The Portland Trail Blazers proved on Friday night that in any shootout, two guns are better than one.
Damian Lillard and Luka Dončić were putting on a terrific show in a crucial game, but when Lillard’s sidekick C.J. McCollum came out firing with 11 of his 32 points in the fourth quarter, the barrage was too much for the Mavericks.
Luka Dončić did his best and had some solid help, but Lillard and McCollum kept firing and as a result, the Blazers hit the bull’s-eye with a 125-119 victory at Moda Center.
It was a critical win for the Blazers, who now are assured of winning the season series against the Mavericks after having won 121-118 on Valentine’s Day in Dallas.
The Mavericks (21-19) had a lead through much of the second half and were up 110-106 with under six minutes to play. But they were outscored 19-9 down the stretch as the offense dried up and they surrendered crucial offensive rebounds to the Blazers.
Lillard had two buckets to cap a 9-0 run that put the Blazers up 115-110 before a layup by Dončić. The Mavericks had five missed shots and a Dončić turnover during the Blazers’ surge.
When McCollum hit his third 3-pointer of the fourth quarter with 1:17 left to make it 118-112, the Mavericks were scrambling. They then gave up an unforgiveable offensive rebound to Robert Covington, whose 3-pointer iced it.
It was McCollum’s third game back since missing two months to a fractured foot. He had scored just 21 points in the first two games back.
“Down the stretch, we were unable to get the ball in the basket and they made plays offensively and made shots,” coach Rick Carlisle said. “That’s where it got away from us. We’re going to have to be better on the boards. We’re going to have to be better with turnovers. We’re going to have to play better overall.”
Lillard and Luka had traded blows for three quarters. Dončić had another monster night with 38 points, nine rebounds and nine assists. Lillard had 31 points and six assists.
The Blazers had just six turnovers compared to 12 for the Mavericks. And the 13 offensive rebounds for Portland posed problems throughout the night.
There were other problems. Kristaps Porzingis was fighting a switching Portland defense that shut him down in the first half. He would come alive in the third quarter, but was ineffective in the fourth.
“He’s going to see a switching defense a lot of nights,” Carlisle said of Porzingis. “In those situations, he’s got to move and react, and we’ve got to find him in situations where he can be effective. He got off to a slow start and we just got to involve him a little more.”
Carlisle does not like to call plays because it slows down Dončić and his creativity. But the way defenses are playing Porzingis requires the entire Mavericks’ offense to adapt.
“Switching is designed to put hesitation in what you’re doing and to stagnate ball movement and we can’t allow those things to happen,” Carlisle said. “We’ll make adjustments.”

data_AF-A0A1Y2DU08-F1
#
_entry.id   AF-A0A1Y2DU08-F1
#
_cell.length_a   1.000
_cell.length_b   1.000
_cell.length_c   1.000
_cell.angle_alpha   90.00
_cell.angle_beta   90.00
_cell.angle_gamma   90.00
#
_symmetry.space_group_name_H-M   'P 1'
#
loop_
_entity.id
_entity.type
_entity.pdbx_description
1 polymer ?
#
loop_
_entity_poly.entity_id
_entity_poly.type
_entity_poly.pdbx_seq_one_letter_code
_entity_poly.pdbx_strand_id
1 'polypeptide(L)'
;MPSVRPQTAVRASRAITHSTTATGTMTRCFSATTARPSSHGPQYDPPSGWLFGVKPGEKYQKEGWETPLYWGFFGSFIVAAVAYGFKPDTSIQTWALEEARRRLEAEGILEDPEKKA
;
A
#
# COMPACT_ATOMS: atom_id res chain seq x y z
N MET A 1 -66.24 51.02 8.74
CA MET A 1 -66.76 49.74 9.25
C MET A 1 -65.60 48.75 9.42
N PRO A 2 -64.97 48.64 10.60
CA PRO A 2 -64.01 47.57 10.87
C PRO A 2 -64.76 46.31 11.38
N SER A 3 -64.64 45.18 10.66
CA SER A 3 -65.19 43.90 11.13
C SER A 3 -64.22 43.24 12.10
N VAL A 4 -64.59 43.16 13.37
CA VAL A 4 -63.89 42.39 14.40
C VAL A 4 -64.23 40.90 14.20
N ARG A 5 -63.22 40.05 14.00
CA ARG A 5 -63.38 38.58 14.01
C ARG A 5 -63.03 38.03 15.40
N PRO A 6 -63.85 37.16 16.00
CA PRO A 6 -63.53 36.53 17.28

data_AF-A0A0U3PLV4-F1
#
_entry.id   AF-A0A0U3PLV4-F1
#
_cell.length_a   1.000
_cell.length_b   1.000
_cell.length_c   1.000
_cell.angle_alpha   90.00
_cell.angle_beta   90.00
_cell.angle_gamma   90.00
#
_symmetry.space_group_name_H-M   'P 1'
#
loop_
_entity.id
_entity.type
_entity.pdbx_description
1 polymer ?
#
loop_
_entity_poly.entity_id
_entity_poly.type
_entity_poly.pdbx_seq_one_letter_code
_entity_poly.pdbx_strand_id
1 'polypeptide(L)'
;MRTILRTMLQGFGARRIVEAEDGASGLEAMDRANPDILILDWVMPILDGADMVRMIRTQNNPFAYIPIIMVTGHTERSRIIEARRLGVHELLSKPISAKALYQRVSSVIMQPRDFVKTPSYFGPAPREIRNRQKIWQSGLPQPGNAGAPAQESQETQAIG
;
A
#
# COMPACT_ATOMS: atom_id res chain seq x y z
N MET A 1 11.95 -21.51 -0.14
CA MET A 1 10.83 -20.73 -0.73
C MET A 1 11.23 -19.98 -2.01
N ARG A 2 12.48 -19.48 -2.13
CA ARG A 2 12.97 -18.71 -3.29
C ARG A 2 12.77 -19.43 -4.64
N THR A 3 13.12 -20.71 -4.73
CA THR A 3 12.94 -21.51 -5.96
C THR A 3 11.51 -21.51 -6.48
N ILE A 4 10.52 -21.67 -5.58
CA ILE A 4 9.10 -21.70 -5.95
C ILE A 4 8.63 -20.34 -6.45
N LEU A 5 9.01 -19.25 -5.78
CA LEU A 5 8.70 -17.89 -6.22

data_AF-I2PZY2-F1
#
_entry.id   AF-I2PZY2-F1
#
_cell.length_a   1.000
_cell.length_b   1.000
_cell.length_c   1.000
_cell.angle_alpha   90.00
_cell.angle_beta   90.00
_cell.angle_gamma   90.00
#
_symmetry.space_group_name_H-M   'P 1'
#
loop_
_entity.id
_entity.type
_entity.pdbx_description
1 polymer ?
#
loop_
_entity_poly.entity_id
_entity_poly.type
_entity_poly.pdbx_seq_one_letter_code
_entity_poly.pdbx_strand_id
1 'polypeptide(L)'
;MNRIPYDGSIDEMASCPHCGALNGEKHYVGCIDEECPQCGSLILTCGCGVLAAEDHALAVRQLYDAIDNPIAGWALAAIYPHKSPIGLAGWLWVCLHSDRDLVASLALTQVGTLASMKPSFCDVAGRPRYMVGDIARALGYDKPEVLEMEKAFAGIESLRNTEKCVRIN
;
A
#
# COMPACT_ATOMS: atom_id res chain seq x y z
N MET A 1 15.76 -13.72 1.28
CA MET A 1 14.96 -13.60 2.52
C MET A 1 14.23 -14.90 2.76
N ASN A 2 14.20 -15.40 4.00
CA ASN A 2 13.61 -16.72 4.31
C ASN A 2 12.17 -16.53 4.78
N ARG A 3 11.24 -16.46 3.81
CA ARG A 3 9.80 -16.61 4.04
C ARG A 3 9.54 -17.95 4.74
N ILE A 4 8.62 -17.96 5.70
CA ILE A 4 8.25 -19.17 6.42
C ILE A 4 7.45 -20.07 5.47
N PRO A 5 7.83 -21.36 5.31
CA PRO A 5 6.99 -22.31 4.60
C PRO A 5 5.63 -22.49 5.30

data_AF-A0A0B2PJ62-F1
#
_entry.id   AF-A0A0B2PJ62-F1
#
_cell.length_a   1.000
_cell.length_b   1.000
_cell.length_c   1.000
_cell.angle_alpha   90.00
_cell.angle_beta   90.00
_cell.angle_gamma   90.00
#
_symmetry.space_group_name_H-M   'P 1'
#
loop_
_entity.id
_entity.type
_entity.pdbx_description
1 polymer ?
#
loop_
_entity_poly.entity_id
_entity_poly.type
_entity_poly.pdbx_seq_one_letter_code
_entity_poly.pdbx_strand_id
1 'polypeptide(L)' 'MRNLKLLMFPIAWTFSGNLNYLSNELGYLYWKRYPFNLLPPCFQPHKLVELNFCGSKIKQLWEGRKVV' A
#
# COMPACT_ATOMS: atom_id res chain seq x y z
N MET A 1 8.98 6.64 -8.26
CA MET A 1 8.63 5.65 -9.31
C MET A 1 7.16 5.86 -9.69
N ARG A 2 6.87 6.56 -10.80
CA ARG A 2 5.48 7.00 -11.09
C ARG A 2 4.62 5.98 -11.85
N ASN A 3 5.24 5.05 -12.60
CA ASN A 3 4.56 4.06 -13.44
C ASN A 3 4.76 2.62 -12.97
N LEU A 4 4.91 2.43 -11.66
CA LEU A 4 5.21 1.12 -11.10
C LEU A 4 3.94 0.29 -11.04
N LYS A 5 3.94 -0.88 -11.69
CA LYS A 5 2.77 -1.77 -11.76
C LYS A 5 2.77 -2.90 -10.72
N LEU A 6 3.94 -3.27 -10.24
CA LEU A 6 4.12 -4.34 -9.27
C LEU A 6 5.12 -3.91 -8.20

It was a game that the Mavericks played smartly for more than three quarters. And there were highlights galore thanks to Lillard and Dončić, who at one point flipped a pass backwards over his head to a wide-open Tim Hardaway for a 3-pointer.
“They were helping off a little on me, so I just made sure I was in a ready stance to knock down a shot, just in case the pass came early or game late,” said Hardaway, who did his best to support Dončić with 25 points, five rebounds and five assists. “It’s him knowing where his teammates are on the floor.”
Unfortunately, Hardaway and Luka were just a few bullets shy of matching Lillard and McCollum.
“That’s his running mate,” Hardaway said of the Blazers’ pair. “They do a great job of feeding off each other. And when Dame is out and C.J. is in the game, that’s his time to go. That’s one of the best duos in the league. They made some tough shots. But that’s what they do. We have to do a better job of getting the ball out of their hands and make sure they don’t get it back.”
Easier said than done.
The Blazers came into the game as one of four Western Conference teams with 16 losses. They were grouped closely with the Los Angeles Clippers, Denver and San Antonio in the fourth through seventh spots in the West standings.
Portland coach Terry Stotts was asked before the game about how close attention he pays to the standings, even with more than 30 games left in the season.
“I keep up with the standings both in the East and West just because I like following the league,” Stotts said. “But we look at how many teams are bunched up at 16 losses in the West.
“And we know that Dallas has the tiebreaker already with Denver, the Clippers and San Antonio. That’s part of our motivation with the game tonight is to get the tiebreaker with them because it is all bunched up.”
Indeed, the Mavericks have taken care of business against the teams around them in the standings. But they still are only eighth in the West, which means they’ll have to move up to ensure that those tiebreakers mean something come May.